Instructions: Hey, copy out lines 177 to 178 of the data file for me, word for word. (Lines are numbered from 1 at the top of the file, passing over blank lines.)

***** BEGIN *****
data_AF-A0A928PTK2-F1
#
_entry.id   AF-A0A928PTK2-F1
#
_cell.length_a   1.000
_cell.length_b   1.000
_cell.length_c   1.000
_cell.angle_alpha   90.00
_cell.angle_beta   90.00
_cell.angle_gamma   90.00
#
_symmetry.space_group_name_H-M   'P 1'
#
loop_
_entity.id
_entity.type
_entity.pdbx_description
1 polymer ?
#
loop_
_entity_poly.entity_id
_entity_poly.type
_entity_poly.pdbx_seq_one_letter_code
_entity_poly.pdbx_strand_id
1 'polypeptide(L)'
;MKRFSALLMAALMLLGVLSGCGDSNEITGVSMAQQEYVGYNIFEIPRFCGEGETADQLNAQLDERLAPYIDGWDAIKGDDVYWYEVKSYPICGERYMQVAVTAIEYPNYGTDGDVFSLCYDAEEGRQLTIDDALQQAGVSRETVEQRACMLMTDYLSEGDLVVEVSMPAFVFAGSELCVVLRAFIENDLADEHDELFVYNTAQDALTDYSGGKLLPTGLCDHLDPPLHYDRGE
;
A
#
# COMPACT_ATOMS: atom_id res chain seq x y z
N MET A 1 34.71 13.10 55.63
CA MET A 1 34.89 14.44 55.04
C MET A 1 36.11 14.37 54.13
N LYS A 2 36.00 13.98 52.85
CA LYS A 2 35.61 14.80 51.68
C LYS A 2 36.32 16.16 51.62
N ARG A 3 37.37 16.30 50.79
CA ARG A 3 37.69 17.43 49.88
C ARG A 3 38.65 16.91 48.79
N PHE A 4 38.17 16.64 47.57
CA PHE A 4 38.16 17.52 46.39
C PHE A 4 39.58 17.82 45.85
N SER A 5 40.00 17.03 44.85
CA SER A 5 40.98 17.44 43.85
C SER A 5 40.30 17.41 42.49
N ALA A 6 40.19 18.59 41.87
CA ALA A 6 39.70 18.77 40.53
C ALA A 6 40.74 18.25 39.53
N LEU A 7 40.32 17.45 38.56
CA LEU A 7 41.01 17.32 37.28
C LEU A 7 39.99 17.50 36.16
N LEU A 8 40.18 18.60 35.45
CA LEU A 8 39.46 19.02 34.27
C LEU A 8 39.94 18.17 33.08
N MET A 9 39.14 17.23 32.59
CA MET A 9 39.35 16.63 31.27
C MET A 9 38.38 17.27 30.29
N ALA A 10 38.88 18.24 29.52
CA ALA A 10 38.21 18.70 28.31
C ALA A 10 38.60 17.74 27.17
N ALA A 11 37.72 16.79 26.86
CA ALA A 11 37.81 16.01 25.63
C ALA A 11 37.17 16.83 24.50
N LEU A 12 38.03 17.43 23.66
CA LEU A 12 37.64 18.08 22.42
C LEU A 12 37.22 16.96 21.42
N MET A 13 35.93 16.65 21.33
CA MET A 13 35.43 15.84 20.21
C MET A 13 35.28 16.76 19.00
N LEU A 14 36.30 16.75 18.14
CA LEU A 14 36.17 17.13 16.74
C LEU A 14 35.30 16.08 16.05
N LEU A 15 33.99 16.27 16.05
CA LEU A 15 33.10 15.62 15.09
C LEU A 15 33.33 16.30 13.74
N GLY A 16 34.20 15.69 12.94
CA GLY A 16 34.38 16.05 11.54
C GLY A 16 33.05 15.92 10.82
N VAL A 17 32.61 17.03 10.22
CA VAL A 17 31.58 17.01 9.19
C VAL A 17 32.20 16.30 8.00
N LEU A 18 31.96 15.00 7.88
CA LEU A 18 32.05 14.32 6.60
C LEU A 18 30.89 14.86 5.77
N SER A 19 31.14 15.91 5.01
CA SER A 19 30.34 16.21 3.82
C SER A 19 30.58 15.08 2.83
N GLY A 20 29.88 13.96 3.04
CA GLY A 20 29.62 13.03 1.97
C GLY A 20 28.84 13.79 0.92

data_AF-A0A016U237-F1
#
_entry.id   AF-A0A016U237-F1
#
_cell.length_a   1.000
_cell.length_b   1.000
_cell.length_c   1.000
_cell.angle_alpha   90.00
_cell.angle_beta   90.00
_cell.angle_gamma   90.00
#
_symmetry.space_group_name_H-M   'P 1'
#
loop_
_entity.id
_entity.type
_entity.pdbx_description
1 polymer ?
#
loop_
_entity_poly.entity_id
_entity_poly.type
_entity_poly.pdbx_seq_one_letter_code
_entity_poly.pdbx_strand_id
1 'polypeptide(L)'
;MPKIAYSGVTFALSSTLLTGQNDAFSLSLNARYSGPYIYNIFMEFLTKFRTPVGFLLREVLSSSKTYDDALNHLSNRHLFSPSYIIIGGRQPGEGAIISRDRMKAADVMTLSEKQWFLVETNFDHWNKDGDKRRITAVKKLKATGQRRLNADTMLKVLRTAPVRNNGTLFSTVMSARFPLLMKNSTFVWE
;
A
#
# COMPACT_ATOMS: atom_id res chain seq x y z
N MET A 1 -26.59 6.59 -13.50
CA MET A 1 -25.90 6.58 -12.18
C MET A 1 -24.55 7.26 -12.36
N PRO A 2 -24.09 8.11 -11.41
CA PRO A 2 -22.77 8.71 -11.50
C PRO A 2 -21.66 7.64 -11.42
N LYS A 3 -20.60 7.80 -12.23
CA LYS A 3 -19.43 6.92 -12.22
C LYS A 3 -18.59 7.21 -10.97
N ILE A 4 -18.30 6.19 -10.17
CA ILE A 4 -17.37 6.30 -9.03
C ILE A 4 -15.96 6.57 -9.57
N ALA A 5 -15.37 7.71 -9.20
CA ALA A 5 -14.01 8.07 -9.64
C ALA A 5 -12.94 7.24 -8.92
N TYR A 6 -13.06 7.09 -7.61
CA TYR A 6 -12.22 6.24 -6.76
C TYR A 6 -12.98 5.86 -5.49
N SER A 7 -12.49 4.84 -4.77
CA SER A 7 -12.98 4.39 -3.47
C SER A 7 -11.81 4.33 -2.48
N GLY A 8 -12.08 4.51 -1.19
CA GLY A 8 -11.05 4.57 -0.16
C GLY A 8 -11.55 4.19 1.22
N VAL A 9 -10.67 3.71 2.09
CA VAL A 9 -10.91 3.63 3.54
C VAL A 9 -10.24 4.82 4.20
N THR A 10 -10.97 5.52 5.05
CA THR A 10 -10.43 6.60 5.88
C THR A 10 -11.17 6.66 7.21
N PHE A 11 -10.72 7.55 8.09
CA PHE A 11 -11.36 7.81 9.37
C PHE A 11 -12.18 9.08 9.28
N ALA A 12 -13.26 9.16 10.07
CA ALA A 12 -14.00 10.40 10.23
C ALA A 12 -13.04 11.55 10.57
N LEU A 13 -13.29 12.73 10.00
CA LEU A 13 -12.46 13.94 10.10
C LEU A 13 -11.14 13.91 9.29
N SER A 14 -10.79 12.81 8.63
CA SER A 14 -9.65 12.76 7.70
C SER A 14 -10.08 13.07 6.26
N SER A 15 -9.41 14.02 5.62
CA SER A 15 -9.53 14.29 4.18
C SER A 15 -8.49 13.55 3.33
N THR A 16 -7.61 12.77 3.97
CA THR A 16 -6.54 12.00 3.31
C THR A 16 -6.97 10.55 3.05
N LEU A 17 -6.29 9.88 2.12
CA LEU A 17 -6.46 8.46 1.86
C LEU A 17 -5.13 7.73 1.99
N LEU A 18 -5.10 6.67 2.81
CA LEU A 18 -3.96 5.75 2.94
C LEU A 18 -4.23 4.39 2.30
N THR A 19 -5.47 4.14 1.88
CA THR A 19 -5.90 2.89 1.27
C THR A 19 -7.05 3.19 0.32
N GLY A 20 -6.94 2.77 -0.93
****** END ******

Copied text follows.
C THR A 19 -7.05 3.19 0.32
N GLY A 20 -6.94 2.77 -0.93